It takes more than a shaggy coat to keep your horse warm in winter. A thick, blocky body retains heat for long periods, a massive digestive tract processes a mostly fibrous diet to generate large amounts of heat, lightly muscled legs require less blood circulation and thus lose less heat, long nasal passages warm cold outside air before it reaches the lungs.
During a ferocious winter a few years ago, three friends were stranded on a farm in the mountains. For two long weeks, snow fell and drifted nearly 10 feet high, while wind rammed against the doors of the farmhouse and hissed under the window frames. Fearing frostbite or worse, the friends spent most of each day huddled around the fireplace, subsisting on Spam, cocoa and Monopoly. When they did venture out, icy air seared their lungs and left their fingers, toes, ears and noses throbbing. The cold sank in so quickly that they barely had time to check on the horses in the run-in shed before their teeth began to chatter. One day, their frigid foray up the hill found the shed empty. Shrinking a little deeper into their coats, the friends slogged off into the hills to find the horses. They crested a rise above a remote, windwhipped pasture and stood amazed at what they saw: Far from the shelter of their shed, the horses were trotting along paths in the snow, bucking and playing as if it were the first day of spring. Even the ancient Shetland mare appeared absolutely blissful, snug in a winter coat that puffed out like a dandelion going to seed. The horses were not simply tolerating the cold - they were reveling in it.
You'd think that, in a test of horse and human against the winter elements, our species - armed with its dazzling array of high-tech fabrics and insulators - must easily prevail. Not so. Any horse owner who's ever pulled on some of that space-age winterwear and trudged out to the pasture on a January day knows who's ahead in the fight to stay warm outdoors. We humans may pride ourselves on being able to survive under all sorts of conditions anywhere on the globe, but we have invented nothing to match the efficient ingenious cold-beating mechanisms of Equus caballus. How does the horse do it? It all boils down to the three A's: adaptation, acclimation and acclimatization. Here's how they work.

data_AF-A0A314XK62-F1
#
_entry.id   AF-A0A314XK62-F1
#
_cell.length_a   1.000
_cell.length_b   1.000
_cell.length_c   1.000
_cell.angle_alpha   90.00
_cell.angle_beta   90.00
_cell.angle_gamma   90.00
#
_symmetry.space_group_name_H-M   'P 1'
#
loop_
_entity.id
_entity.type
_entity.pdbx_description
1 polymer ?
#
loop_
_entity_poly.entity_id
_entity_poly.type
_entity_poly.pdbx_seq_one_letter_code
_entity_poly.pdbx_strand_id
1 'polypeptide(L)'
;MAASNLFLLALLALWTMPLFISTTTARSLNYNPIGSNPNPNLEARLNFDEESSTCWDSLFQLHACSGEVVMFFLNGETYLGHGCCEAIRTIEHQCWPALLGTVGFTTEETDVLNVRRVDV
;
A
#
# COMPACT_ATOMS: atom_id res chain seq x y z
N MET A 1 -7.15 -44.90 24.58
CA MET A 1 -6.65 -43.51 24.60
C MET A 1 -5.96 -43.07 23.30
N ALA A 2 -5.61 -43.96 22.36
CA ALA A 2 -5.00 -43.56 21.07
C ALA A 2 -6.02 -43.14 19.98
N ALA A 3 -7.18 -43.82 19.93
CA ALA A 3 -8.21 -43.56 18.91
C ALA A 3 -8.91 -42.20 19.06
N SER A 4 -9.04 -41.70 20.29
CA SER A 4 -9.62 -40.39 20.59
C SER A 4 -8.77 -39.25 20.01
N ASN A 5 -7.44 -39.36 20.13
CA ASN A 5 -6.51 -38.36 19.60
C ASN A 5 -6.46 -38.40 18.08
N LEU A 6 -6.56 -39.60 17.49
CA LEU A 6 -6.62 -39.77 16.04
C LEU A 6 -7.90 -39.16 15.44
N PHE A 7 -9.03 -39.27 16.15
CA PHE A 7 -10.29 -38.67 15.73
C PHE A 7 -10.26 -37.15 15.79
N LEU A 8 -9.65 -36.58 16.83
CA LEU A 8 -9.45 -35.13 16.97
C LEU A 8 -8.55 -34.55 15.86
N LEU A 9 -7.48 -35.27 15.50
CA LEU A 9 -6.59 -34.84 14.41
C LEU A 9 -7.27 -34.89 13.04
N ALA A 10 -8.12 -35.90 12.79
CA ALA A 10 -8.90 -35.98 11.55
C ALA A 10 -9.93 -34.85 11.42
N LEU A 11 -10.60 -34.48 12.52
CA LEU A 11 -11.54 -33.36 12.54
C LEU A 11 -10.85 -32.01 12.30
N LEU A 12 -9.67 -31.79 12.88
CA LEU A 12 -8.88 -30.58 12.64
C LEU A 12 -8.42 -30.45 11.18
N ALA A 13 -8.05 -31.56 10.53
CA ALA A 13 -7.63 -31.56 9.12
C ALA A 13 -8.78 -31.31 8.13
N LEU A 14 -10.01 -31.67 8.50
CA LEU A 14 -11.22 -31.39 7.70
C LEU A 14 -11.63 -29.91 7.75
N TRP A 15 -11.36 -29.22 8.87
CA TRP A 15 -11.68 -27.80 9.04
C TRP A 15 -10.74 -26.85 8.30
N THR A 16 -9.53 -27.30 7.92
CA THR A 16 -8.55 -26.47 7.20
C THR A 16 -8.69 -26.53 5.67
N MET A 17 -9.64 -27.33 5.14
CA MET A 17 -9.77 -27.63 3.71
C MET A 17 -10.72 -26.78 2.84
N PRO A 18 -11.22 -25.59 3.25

Adaptation: crafted for cold.
All warm-blooded creatures can tolerate a broad range of temperatures, but each species has a natural comfort zone that reflects the climate in which it evolved. Biologists call this the 'energy-neutral range', meaning that within those limits - assuming dry, windless weather conditions - the animal need expend no extra energy to maintain normal body temperature.
Because our ancestors arose in central Africa, where natural selection favored those best suited to warm temperatures, our energy-neutral range is about 50 to 85 degrees Fahrenheit. Horses, on the other hand, evolved in elevated, northerly climes, where extreme cold presented an entirely different set of survival challenges. Their energy-neutral range is about 15 to 60 degrees (-10 to 15 degrees celsius). No wonder your horse relishes weather that seems frigid to you. The human body is built to dissipate heat, while the horse is constructed to produce and maintain it. It's all a matter of physical adaptation.
Several bodily adaptations allow the horse to 'run hot' in cold environments. First, there's his massive digestive tract, which prodesses a mostly fibrous diet and generates a huge amount of heat (far more than the human digestive process produces). In addition, the horse - like moose, elk and other large, cold-adapted ungulates - has a comparatively thick, blocky body that retains heat for a long period. (Think of the hot baked potatoes mothers once slipped into their children's coat pockets to keep them warm. The human frame is slender, more like a quick-cooling french fry than a whole potato).
Even the extremities of the horse are marvelously adapted for cold. Because his legs have proportionally less muscle than ours, the cells in his legs require less blood circulation for maintenance and consequently lose less heat. This lower metabolic need also means that a horse's legs have no problem with the reduced cellular activity brought on by cold. While our toes are among the first appendages to succomb to frostbite, adult horses almost never get frozen feet.
Consider also the blunt equine muzzle, so richly supplied with blood that it can whitstand bitter cold without freezing. (By contrast, the angular human nose is all too vulnerable to frostbite). And then there are the horse's long nasal passages, where equally blood-rich bone spiral called turbinates warm the frigid air before it can reach the lungs and potentially cool the body core. Our own noses are designed more to filter air than to warm it.
Acclimation: on the spot cure for chill
Obviously, your horse is much better equipped to deal with cold than you are. But that doesn't mean he's completely impervious to winter weather. Several heat-robbing factors can act against him when the mercury drops.
- Radiation - the transfer of heat from the body to surrounding cold air.
- Conduction - direct contact with cold substances (such as snow, ice, mud or water) that causes heat to be wicked away from the skin. The impact of conduction on body temperature is significant, as researcher Paul Siple found back in 1939, when he showed that, at 0 degrees Fahrenheit (-17c), a 40 mph wind produced a cooling effect on the humane body equivalent to a temperature of minus 55 (-48c). (Humans shed heat much more easily than horses, however, so the effect on our four-legged friends may not be as great).
- Convection - the action of wind or cold drafts to hasten radiation cooling.
- Normal heat shedding - heat loss incurred through bodily functions, such as urination, defecation or respiration.